In the end, one of my more challenging moments became a little badge of personal pride because I managed it. Let’s just say there were occasional challenges with navigation… Sheep paths sometimes joined up with human paths, and then obscured the original path, leading you (well, maybe just me) off in directions that the sheep wanted to be, but I didn’t.
Also, I maybe misunderstood a few key Scottish terms (Hint: ‘crossing a burn’ does NOT mean passing through an old forest fire site). These little errors resulted in not exactly getting lost, but on one particular day took up way more time and energy than I’d bargained for. Like any challenge, this led to lots of deep ponderings, like:
1. If you know where you are, and where you are meant to be, but can’t seem to get there, does that mean you are actually lost? and
2. Why the heck do I only hear the cuckoo bird calls (they sound like this) when I’m doing something questionable in the rain, alone, and miles away from anywhere?
3. What goes on in the mind of a sheep anyways?
You learn a lot when you decide, after a few too many hours, to stop looking for sanctioned ways over barbed wire fences and instead humbly backtrack and bushwhack to get to a popular bike route because your gear weighs twice as much soaking wet, and you can’t/won’t set up camp on a steep hillside that is basically one big stream. I mean burn.
Like the fact that many cyclists must not know just how see-through their bike shorts get when it is pouring rain. (Lots of speedy bikes passed me, and it was a long slog, ok?!)
And that Scottish innkeepers are very very kind to solo backpackers who look like they swam up the loch instead of walking in on the road.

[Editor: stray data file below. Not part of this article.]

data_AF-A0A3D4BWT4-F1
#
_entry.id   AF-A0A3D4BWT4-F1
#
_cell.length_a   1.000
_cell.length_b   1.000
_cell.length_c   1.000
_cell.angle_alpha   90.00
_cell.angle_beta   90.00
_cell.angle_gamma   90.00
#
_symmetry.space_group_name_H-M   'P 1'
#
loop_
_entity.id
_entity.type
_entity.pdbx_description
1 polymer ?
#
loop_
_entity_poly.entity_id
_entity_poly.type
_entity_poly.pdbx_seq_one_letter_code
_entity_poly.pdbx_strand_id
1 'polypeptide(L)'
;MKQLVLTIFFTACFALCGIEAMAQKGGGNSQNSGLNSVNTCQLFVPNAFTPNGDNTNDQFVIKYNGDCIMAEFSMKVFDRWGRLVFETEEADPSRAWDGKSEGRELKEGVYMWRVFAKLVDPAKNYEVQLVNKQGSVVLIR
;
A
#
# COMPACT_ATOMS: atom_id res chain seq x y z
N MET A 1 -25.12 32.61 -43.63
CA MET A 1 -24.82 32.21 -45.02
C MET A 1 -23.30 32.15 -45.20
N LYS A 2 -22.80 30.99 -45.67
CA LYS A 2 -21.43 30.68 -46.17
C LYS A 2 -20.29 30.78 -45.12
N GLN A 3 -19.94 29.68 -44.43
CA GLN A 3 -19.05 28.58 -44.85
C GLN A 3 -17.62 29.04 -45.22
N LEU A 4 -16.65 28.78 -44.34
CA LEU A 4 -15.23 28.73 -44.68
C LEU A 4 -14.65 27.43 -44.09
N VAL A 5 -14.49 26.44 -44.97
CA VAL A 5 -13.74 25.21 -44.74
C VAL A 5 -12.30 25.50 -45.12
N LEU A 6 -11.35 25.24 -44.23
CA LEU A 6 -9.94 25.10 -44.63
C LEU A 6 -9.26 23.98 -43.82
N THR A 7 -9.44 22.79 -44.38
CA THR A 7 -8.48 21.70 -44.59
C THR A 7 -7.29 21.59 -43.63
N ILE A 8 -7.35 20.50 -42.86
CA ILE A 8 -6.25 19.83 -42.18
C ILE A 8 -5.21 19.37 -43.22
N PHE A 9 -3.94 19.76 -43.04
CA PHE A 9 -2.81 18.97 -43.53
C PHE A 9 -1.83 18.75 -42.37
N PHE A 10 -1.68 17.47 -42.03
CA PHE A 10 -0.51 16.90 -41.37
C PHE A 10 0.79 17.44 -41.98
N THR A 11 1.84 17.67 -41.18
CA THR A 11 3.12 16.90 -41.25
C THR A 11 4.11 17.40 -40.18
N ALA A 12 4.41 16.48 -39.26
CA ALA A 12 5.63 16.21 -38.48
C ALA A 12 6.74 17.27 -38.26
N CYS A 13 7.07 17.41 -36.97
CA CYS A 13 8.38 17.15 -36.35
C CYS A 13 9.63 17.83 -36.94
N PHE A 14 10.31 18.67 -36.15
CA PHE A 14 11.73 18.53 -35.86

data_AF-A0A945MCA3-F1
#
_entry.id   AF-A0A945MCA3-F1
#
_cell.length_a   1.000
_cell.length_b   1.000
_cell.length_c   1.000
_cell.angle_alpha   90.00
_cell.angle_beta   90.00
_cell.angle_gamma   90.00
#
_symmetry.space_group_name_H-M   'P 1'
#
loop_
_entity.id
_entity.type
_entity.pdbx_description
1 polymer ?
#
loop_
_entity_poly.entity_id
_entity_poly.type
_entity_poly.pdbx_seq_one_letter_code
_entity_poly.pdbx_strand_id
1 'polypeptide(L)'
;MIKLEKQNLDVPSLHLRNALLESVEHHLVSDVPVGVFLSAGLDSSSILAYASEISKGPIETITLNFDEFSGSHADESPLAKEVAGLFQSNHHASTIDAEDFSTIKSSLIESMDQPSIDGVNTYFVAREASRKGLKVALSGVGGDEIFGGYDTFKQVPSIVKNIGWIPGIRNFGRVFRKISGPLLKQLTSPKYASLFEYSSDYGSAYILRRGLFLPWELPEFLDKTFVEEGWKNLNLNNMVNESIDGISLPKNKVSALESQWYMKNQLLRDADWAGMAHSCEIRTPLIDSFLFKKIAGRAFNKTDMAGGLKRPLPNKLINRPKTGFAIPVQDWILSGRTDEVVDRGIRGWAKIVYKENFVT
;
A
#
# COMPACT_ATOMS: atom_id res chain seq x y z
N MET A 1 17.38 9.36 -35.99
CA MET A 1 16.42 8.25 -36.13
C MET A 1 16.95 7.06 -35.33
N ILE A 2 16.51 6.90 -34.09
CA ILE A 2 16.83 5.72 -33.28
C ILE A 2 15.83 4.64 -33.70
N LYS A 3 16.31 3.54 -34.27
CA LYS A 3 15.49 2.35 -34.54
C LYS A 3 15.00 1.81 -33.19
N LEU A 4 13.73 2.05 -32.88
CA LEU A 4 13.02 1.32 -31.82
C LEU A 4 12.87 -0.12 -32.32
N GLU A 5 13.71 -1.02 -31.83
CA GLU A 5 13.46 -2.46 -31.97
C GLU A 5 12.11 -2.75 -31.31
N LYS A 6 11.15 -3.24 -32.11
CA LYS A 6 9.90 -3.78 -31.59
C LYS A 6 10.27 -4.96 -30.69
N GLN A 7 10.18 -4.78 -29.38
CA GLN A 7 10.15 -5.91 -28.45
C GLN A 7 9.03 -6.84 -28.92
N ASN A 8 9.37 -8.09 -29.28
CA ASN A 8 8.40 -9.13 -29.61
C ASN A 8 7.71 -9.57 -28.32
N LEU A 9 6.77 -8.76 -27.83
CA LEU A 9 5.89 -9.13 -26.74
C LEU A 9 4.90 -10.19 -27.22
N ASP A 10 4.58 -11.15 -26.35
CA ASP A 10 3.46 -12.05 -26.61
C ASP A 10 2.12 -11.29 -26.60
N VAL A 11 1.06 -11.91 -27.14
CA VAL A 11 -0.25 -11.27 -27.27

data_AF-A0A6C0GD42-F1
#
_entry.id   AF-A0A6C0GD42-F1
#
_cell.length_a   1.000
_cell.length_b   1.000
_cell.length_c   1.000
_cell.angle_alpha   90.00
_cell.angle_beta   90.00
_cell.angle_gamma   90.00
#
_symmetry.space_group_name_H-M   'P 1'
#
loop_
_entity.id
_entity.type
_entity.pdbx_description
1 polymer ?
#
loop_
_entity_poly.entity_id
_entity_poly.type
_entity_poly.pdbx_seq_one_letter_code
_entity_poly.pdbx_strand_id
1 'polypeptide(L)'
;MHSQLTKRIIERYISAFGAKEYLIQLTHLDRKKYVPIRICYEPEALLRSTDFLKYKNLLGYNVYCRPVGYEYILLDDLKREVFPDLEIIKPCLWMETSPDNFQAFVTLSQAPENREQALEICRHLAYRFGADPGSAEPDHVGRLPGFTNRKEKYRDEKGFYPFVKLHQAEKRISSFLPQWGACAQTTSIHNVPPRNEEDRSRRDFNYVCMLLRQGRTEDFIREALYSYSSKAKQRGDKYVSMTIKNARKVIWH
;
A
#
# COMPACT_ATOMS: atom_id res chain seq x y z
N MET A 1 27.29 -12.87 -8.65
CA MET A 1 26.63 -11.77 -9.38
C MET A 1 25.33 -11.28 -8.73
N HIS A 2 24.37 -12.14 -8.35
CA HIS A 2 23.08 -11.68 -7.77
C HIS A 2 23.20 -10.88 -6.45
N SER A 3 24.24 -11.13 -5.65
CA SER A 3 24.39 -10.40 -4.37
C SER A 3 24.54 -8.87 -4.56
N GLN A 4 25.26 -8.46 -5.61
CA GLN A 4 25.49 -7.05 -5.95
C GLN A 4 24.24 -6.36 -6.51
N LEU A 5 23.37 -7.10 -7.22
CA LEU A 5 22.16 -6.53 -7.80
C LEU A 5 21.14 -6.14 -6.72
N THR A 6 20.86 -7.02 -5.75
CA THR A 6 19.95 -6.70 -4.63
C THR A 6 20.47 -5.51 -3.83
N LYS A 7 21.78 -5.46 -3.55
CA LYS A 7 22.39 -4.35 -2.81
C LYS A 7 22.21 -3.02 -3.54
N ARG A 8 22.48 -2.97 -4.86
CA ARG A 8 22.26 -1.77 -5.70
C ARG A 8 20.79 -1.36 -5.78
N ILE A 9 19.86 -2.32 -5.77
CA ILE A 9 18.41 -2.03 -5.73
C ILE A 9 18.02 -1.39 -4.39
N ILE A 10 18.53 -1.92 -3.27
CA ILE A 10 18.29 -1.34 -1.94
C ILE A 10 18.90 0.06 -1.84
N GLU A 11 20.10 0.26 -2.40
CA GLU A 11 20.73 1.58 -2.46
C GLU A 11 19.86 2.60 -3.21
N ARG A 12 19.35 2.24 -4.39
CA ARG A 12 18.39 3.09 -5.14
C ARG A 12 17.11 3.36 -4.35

But most importantly I was reminded that actively choosing to be a kind calm companion to yourself makes all the difference. I couldn’t even blame the sheep – I suspect they were as lost as I was. If I was lost. Not saying I was.
Trip Takeaways and Final Thoughts
I’ll probably write more about my takeaways from the trip. But in the meantime, to sum things up:
– Anticipating next steps too far ahead ALWAYS leads me astray.
– There is a profound difference between following a trail and making your way. Following a trail means you delegate decision-making and turn off vast swaths of your brain that collect valuable real-time information.
– Depending on someone else’s trail markings might not be the best way to get where you are going.
– The immensely personal and priceless experience of feeling undivided, from the world around me and also within myself. Hard to put into words.
If I could go again, next time I would do even more camping; I understand better now how wild camping works in Scotland. And my feet would appreciate new hiking boots.